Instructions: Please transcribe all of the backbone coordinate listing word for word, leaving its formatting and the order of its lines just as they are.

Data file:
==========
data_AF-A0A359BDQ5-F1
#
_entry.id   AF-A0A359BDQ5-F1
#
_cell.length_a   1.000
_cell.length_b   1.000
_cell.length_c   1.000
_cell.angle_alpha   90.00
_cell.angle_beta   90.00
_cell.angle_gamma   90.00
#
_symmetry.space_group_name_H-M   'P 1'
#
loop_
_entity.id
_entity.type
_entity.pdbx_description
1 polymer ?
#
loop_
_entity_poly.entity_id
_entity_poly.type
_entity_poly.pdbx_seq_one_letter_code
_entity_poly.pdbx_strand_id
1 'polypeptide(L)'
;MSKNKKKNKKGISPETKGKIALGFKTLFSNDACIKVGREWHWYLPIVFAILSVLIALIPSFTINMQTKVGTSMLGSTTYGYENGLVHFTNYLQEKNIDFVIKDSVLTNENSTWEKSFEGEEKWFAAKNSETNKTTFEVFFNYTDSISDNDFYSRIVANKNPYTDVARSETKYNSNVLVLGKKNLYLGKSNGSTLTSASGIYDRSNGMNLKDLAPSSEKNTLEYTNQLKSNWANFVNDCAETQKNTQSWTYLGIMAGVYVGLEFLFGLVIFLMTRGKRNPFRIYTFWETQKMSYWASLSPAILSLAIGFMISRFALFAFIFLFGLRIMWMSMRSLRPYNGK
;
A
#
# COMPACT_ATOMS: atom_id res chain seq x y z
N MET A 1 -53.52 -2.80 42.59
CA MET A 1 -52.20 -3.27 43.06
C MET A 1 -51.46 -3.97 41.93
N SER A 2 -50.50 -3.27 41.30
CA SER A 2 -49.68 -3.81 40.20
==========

data_AF-A0A359BDQ5-F1
#
_entry.id   AF-A0A359BDQ5-F1
#
_cell.length_a   1.000
_cell.length_b   1.000
_cell.length_c   1.000
_cell.angle_alpha   90.00
_cell.angle_beta   90.00
_cell.angle_gamma   90.00
#
_symmetry.space_group_name_H-M   'P 1'
#
loop_
_entity.id
_entity.type
_entity.pdbx_description
1 polymer ?
#
loop_
_entity_poly.entity_id
_entity_poly.type
_entity_poly.pdbx_seq_one_letter_code
_entity_poly.pdbx_strand_id
1 'polypeptide(L)'
;MSKNKKKNKKGISPETKGKIALGFKTLFSNDACIKVGREWHWYLPIVFAILSVLIALIPSFTINMQTKVGTSMLGSTTYGYENGLVHFTNYLQEKNIDFVIKDSVLTNENSTWEKSFEGEEKWFAAKNSETNKTTFEVFFNYTDSISDNDFYSRIVANKNPYTDVARSETKYNSNVLVLGKKNLYLGKSNGSTLTSASGIYDRSNGMNLKDLAPSSEKNTLEYTNQLKSNWANFVNDCAETQKNTQSWTYLGIMAGVYVGLEFLFGLVIFLMTRGKRNPFRIYTFWETQKMSYWASLSPAILSLAIGFMISRFALFAFIFLFGLRIMWMSMRSLRPYNGK
;
A
#
# COMPACT_ATOMS: atom_id res chain seq x y z
N MET A 1 -53.52 -2.80 42.59
CA MET A 1 -52.20 -3.27 43.06
C MET A 1 -51.46 -3.97 41.93
N SER A 2 -50.50 -3.27 41.30
CA SER A 2 -49.68 -3.81 40.20